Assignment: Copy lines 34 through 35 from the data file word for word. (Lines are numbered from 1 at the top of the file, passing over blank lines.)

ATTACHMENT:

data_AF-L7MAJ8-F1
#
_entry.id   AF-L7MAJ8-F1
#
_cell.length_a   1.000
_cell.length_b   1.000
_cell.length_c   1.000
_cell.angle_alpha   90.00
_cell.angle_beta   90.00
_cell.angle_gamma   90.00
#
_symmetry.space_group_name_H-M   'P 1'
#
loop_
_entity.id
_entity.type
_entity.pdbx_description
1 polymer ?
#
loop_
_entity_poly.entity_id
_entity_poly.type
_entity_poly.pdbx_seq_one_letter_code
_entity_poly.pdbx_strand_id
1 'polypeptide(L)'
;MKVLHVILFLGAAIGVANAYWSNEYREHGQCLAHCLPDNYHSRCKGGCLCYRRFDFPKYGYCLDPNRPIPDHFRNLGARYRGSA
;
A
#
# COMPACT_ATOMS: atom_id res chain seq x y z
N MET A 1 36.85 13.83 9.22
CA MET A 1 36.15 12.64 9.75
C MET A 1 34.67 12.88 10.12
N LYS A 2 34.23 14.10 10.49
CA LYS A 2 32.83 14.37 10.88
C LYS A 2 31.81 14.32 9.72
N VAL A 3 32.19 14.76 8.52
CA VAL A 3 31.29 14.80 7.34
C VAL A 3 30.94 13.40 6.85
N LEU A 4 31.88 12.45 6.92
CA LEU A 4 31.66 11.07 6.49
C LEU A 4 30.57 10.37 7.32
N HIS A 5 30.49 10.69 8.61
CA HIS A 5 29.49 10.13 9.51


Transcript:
N LYS A 2 34.23 14.10 10.49
CA LYS A 2 32.83 14.37 10.88